If every one in ten Americans are addicted to drugs or alcohol, why don’t we hear more stories about companies stepping up to help quell substance use disorders? A company with 100 employees- according to the statistics presented in 2010 by Drug Free– should employ at least ten people with substance use disorders.
Are companies doing all they can to help treat addiction? Should they be obligated to, or morally compelled? Would doing so cripple company profits? Moreover, should companies be compelled to help treat mental health disorders? What about physical conditions?
Here’s a breakdown about what you as an employee can do to both get treatment and keep your job– and what employers can do to help accommodate those suffering with addiction while strengthening company policies. (You know addiction isn’t going away, right boss?)
Rights Granted to People with Substance Use Disorders in the Workplace
We can’t all be lucky enough to work for one of the best drug and alcohol rehabilitation powerhouses in the nation, but there are rights afforded to you and your loved ones who are experiencing substance abuse or addiction.
I will say, right off the bat, there is a distinction between those who are experiencing casual substance use, and those who are suffering from chronic addiction. People deemed casual users are not typically afforded the same protections as those who are suffering from advanced stages of “substance use.”
Addiction is measured by the physical necessity of an addictive substance to ensure biological homeostasis (or rather, an altered form of it, spurred from the use of addictive substances). Casual use is just as it sounds- but remember every drug addict was a substance abuser at one point. As of right now, there are few treatment options compelled on the federal level in the workplace to abate instances of substance abuse. Future policies would benefit exponentially to implement preventative programs.
Here’s the rub in the workplace, straight from the horse’s mouth:
“The ADA provides that any employee or job applicant who is “currently engaging” in the illegal use of drugs is not a “qualified individual with a disability.” Therefore, an employee who illegally uses drugs—whether the employee is a casual user or an addict—is not protected by the ADA if the employer acts on the basis of the illegal drug use. As a result, an employer does not violate the ADA by uniformly enforcing its rules prohibiting employees from illegally using drugs.”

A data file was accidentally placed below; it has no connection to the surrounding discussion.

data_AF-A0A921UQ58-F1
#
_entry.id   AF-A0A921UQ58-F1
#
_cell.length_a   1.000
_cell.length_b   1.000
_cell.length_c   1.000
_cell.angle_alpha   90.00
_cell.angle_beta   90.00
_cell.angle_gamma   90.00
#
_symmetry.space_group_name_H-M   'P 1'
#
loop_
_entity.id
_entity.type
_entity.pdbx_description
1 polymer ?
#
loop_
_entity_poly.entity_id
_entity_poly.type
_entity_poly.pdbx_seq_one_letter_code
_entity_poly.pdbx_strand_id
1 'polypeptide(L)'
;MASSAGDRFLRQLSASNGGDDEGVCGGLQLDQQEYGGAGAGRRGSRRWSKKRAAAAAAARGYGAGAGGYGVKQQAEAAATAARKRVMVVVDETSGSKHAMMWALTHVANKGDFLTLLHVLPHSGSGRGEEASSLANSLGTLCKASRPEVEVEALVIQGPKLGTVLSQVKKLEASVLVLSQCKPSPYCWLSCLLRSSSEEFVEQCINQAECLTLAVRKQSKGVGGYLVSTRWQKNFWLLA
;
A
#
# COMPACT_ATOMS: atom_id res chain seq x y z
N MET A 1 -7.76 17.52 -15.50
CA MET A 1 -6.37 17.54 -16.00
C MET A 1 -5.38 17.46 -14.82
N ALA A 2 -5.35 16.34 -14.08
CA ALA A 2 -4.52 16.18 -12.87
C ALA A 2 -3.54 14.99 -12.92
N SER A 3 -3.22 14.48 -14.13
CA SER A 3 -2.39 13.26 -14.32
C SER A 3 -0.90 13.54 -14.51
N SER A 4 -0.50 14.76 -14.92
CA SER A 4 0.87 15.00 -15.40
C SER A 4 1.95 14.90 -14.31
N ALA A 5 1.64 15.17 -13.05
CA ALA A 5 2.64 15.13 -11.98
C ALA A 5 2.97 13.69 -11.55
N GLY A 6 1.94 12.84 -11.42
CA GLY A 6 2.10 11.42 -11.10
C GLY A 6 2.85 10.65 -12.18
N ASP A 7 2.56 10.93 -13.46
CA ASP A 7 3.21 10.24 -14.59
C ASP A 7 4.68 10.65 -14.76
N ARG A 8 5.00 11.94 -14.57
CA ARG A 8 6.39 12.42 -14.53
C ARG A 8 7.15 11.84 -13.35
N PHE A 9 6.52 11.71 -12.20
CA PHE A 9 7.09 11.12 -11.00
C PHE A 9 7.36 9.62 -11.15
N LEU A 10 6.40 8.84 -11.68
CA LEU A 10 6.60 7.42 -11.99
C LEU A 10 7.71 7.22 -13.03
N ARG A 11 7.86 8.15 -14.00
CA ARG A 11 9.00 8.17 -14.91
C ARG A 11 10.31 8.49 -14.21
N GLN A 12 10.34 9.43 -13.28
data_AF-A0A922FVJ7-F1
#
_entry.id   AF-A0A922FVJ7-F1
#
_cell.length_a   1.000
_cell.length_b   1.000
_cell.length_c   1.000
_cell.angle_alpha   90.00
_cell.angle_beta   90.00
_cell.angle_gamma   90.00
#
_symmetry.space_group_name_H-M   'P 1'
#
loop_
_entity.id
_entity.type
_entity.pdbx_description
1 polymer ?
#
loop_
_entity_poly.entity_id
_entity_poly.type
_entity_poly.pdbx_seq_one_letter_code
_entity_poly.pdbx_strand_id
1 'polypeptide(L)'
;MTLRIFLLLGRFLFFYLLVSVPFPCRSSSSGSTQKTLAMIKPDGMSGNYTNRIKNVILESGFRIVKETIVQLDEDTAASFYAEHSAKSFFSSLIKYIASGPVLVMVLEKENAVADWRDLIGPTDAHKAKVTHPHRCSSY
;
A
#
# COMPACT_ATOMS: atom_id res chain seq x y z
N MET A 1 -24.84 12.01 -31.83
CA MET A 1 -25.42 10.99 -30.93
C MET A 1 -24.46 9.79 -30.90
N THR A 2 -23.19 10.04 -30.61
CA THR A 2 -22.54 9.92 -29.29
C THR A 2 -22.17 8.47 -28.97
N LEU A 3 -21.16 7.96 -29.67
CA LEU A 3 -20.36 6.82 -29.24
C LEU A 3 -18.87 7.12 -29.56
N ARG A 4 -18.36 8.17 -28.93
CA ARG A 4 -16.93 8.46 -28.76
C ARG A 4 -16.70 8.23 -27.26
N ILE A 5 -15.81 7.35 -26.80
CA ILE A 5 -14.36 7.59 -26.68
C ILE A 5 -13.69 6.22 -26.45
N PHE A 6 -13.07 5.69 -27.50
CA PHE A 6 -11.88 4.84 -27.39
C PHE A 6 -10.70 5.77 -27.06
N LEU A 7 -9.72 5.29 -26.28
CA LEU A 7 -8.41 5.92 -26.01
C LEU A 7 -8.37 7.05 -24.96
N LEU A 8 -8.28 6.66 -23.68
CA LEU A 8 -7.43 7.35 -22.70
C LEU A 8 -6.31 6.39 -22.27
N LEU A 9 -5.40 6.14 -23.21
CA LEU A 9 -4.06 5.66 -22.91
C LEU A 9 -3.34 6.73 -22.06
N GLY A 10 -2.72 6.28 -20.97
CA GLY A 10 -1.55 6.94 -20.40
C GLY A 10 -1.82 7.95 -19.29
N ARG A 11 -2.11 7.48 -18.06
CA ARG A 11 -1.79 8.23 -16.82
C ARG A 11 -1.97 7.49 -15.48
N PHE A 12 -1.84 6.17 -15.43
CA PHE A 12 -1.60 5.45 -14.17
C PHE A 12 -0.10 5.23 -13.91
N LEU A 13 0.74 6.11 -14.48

In a nutshell, if you’re an addict who hasn’t completed rehabilitation, you’re not protected by laws enacted to “protect” people with substance use disorders. Isn’t that nice? The only ones truly protected by the ADA from losing their jobs are:
Those who have completed rehabilitation, and are abstaining from use
- Those currently in rehabilitation, and are abstaining from use
- Those wrongly accused of using illicit drugs
But here’s what you can do as someone struggling with addiction, according to Samhsa:
- Take medical leave to go to rehabilitation
- Request job training & placement services
- Employers must make reasonable accommodations to help you perform your duties on site
- You are protected from discrimination for having substance abuse on your record (in terms of employment, or termination)
- If you believe your rights are being infringed upon file a complaint with the Office of Civil Rights
- You may also file a lawsuit in Federal or State Court
What Employers Can Do About Addiction in the Workplace (You’ll Be the Best Boss Ever)
If company policy says drug and alcohol use on site is prohibited, that’s the law of the land. Asking employees to adhere to company policy is 100% within the rights of employers for the safety of their livelihood, and the safety of workers.
If companies suspect current drug use they are within their rights to ascertain the nature of use and fire those who are not protected under ADA laws. But, if you could make a difference as an employer, wouldn’t you want to?
Instead of firing someone who may be, or could have the potential to be, your best worker, consider implementing treatment policies like these:
- Fund, or contribute to, inpatient or outpatient rehabilitation
- Hire a drug counselor for your HR department
- Outsource a drug counselor
- Be human and talk to your employee/s
- Help employees struggling with both substance abuse and addiction create goals
- Offer incentives for clean drug tests
- Host AA meetings or similar drug groups
- Collaborate with local organizations for drug education and programs employees can participate in
- Allow leave for completion of rehabilitation
- Evaluate employee responsibilities and re-assign to mitigate stress (ie: eliminating tasks which interact with drugs or alcohol)
- Ask what said employee needs- they may surprise you
What are your suggestions for new company policies?